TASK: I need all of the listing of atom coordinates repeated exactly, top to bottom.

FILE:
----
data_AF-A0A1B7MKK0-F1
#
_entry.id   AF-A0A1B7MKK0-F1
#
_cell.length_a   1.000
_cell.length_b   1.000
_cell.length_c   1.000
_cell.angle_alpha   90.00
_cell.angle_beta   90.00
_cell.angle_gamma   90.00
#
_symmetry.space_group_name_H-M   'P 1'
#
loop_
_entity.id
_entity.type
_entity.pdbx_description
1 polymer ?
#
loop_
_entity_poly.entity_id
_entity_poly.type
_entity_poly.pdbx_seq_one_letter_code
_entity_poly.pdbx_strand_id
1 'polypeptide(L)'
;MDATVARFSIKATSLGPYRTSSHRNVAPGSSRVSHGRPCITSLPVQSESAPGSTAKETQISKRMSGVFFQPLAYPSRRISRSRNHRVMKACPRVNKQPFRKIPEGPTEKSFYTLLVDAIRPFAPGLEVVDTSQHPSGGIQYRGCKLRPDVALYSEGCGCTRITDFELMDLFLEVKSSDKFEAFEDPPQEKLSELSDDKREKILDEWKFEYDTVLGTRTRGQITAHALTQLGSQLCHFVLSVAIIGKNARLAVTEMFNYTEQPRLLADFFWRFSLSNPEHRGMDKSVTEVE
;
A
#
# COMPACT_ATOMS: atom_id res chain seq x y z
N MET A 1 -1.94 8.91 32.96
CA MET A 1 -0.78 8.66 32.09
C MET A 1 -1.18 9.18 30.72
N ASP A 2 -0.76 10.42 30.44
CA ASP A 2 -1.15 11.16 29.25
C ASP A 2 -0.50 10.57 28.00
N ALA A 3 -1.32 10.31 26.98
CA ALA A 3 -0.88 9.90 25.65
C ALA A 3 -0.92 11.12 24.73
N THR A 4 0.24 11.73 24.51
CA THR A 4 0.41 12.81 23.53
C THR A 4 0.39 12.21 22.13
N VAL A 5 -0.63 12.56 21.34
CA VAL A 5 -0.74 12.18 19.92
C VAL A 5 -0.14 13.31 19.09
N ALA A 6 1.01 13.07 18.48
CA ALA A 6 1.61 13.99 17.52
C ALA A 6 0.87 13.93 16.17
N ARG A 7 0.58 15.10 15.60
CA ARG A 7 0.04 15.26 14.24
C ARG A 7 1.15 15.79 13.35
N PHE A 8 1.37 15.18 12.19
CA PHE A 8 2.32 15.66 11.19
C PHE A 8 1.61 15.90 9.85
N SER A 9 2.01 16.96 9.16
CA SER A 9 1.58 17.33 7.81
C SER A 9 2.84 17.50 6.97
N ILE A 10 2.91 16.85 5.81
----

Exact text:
data_AF-A0A1B7MKK0-F1
#
_entry.id   AF-A0A1B7MKK0-F1
#
_cell.length_a   1.000
_cell.length_b   1.000
_cell.length_c   1.000
_cell.angle_alpha   90.00
_cell.angle_beta   90.00
_cell.angle_gamma   90.00
#
_symmetry.space_group_name_H-M   'P 1'
#
loop_
_entity.id
_entity.type
_entity.pdbx_description
1 polymer ?
#
loop_
_entity_poly.entity_id
_entity_poly.type
_entity_poly.pdbx_seq_one_letter_code
_entity_poly.pdbx_strand_id
1 'polypeptide(L)'
;MDATVARFSIKATSLGPYRTSSHRNVAPGSSRVSHGRPCITSLPVQSESAPGSTAKETQISKRMSGVFFQPLAYPSRRISRSRNHRVMKACPRVNKQPFRKIPEGPTEKSFYTLLVDAIRPFAPGLEVVDTSQHPSGGIQYRGCKLRPDVALYSEGCGCTRITDFELMDLFLEVKSSDKFEAFEDPPQEKLSELSDDKREKILDEWKFEYDTVLGTRTRGQITAHALTQLGSQLCHFVLSVAIIGKNARLAVTEMFNYTEQPRLLADFFWRFSLSNPEHRGMDKSVTEVE
;
A
#
# COMPACT_ATOMS: atom_id res chain seq x y z
N MET A 1 -1.94 8.91 32.96
CA MET A 1 -0.78 8.66 32.09
C MET A 1 -1.18 9.18 30.72
N ASP A 2 -0.76 10.42 30.44
CA ASP A 2 -1.15 11.16 29.25
C ASP A 2 -0.50 10.57 28.00
N ALA A 3 -1.32 10.31 26.98
CA ALA A 3 -0.88 9.90 25.65
C ALA A 3 -0.92 11.12 24.73
N THR A 4 0.24 11.73 24.51
CA THR A 4 0.41 12.81 23.53
C THR A 4 0.39 12.21 22.13
N VAL A 5 -0.63 12.56 21.34
CA VAL A 5 -0.74 12.18 19.92
C VAL A 5 -0.14 13.31 19.09
N ALA A 6 1.01 13.07 18.48
CA ALA A 6 1.61 13.99 17.52
C ALA A 6 0.87 13.93 16.17
N ARG A 7 0.58 15.10 15.60
CA ARG A 7 0.04 15.26 14.24
C ARG A 7 1.15 15.79 13.35
N PHE A 8 1.37 15.18 12.19
CA PHE A 8 2.32 15.66 11.19
C PHE A 8 1.61 15.90 9.85
N SER A 9 2.01 16.96 9.16
CA SER A 9 1.58 17.33 7.81
C SER A 9 2.84 17.50 6.97
N ILE A 10 2.91 16.85 5.81